Distributed manufacturing for biomass processing

7 December 2022
Mini factories that use residues from production forests, or horticultural, crop and natural fibres to create new wood products, biochemicals and biomaterials.

New technology is making it possible to create mini manufacturing facilities that use a range of biomaterial, including forestry slash, to make wood-products, biofuels and chemicals. These mini factories will enable the transition away from fossil fuels, while supporting economic, environmental and social benefits for our regions. Their success depends on the manufacturing process matched to the available feedstock and creating products that customers demand.

A networked biomass processing sector distributed across New Zealand is well positioned to take advantage of regional opportunities.

Right process

Distributed manufacturing can play a large role in the forest- based value chain. This process means that mini factories are tailored to process biomass such as forest wood waste, horticultural and farm shelterbelt thinning’s or crop residues into high-value wood-based products, biochemicals, or their intermediates.

This is lean, agile, customer-specific manufacturing. In New Zealand’s current wood processing model, wood is pre-processed at super-skid sites and transported to centralised pulp and paper or timber mills, or it is exported. In the future, distributed manufacturing will mean that mini factories are tailored to process this woody waste, as well as horticultural or crop residues close to their origin.

Imagine a factory that fits in a shipping container – compact and mobile. These mini factories can be strategically positioned within a forest, orchard or farm where the waste is created. These factories can perform novel scalable processes such as biochemical conversion, pyrolysis and pulping. The choice of process depends on inputs and the product being made.

Around 4 million tons of residue remains in our forests each year. Mobile, tailored mini factories will be key to using this resource.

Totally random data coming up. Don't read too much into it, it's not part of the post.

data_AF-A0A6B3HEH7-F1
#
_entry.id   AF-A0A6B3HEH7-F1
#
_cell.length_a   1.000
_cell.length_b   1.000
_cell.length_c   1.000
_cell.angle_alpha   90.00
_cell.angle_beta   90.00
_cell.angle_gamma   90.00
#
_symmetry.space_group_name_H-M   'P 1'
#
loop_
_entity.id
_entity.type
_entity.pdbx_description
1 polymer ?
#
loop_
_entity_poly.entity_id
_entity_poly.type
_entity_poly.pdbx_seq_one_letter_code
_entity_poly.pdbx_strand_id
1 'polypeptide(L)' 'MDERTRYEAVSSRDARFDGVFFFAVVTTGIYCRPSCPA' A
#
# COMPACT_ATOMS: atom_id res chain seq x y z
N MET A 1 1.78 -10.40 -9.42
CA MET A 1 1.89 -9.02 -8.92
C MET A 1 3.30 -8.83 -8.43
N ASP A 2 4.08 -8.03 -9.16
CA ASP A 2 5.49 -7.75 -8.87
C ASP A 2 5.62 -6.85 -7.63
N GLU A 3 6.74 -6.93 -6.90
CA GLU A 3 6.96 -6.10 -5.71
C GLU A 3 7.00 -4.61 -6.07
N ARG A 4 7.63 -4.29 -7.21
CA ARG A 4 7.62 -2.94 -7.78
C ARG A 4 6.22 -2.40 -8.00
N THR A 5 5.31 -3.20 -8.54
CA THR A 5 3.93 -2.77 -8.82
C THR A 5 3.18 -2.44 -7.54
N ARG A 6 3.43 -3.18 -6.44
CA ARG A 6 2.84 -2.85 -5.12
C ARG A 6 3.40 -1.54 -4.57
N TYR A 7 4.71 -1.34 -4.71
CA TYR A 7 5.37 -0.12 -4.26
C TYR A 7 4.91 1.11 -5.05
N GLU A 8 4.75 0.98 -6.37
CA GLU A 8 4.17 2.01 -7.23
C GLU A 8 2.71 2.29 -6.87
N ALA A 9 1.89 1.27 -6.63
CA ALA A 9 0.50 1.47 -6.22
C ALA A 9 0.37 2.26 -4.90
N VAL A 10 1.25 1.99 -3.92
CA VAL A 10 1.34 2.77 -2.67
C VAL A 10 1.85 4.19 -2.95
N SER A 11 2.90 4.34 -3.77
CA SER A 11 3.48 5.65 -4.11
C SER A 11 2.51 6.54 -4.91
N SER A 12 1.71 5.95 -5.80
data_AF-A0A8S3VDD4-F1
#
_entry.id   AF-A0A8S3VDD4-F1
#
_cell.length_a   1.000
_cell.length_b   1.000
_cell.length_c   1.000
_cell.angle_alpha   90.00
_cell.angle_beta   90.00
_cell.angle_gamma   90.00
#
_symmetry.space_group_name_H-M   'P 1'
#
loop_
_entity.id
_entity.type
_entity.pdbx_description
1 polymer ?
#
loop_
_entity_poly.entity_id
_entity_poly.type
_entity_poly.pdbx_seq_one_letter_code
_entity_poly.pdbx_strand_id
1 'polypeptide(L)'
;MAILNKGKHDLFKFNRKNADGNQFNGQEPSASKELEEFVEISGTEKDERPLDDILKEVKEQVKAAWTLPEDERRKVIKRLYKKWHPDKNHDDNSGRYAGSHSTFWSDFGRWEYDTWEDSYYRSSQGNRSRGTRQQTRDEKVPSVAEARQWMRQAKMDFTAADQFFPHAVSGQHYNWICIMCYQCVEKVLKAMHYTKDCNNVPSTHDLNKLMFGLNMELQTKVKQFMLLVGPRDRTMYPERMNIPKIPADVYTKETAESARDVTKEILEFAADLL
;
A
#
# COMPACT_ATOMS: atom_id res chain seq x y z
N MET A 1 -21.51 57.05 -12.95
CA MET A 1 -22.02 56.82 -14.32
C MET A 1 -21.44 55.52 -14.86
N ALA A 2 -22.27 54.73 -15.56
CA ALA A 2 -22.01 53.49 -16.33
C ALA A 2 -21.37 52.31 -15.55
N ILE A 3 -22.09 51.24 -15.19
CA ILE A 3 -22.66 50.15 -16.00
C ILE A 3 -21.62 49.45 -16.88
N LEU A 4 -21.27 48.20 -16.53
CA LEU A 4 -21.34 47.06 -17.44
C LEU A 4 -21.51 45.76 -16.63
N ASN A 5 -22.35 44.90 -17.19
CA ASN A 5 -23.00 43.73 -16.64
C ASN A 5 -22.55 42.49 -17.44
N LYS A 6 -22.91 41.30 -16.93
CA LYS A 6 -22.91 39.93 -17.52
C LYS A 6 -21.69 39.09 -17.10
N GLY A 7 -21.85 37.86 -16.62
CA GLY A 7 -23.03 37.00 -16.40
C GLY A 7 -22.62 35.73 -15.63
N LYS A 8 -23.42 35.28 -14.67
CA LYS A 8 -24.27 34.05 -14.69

New Zealand currently exports over 60% of harvested wood as logs for other countries to process and add value. A network of small-scale wood processing units could create value from these logs with the economic, social and environmental benefits of a forest-based bioeconomy returning to the communities in our regions.

Right region

A biomass processing sector distributed across New Zealand is well positioned to take advantage of regional opportunities. For example, forestry thinning’s in Northland, crop stubble from Canterbury and pruned orchard shelterbelts in Hawke’s Bay. Greater processing, making better use of forestry residues, creates high value products, supports regional communities and leads to new employment. Jobs created in manufacturing and engineering in New Zealand tend to create additional employment in support jobs. Similarly, revenue created in manufacturing has a multiplier effect in regional economies, with economic benefits accruing to transport, primary production and commercial construction.

Due to New Zealand’s rugged and often remote forest plantations, transport is an important factor in business decisions and competitiveness. Supporting the value chain with new products that can be delivered in a timely, cost-effective manner is an important part of developing business within the industry.

While New Zealand is fortunate to have plentiful woody biomass feedstocks, they are clumped at landing sites, skid sites and within forests. Lowering the extraction and transport costs of harvesting residues will be key to increasing their use.

Establishing new large central biorefinery infrastructure capable of converting feedstock to biochemicals and bioproducts needs large capital investment. However, mini factories in a distributed network have lower capital required for their establishment and are complementary to new biorefineries. They can be added alongside existing infrastructure. Mini factories create processing options that can generate multiple products from different feedstocks across the forestry, horticultural and cropping sectors.

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Source: Scion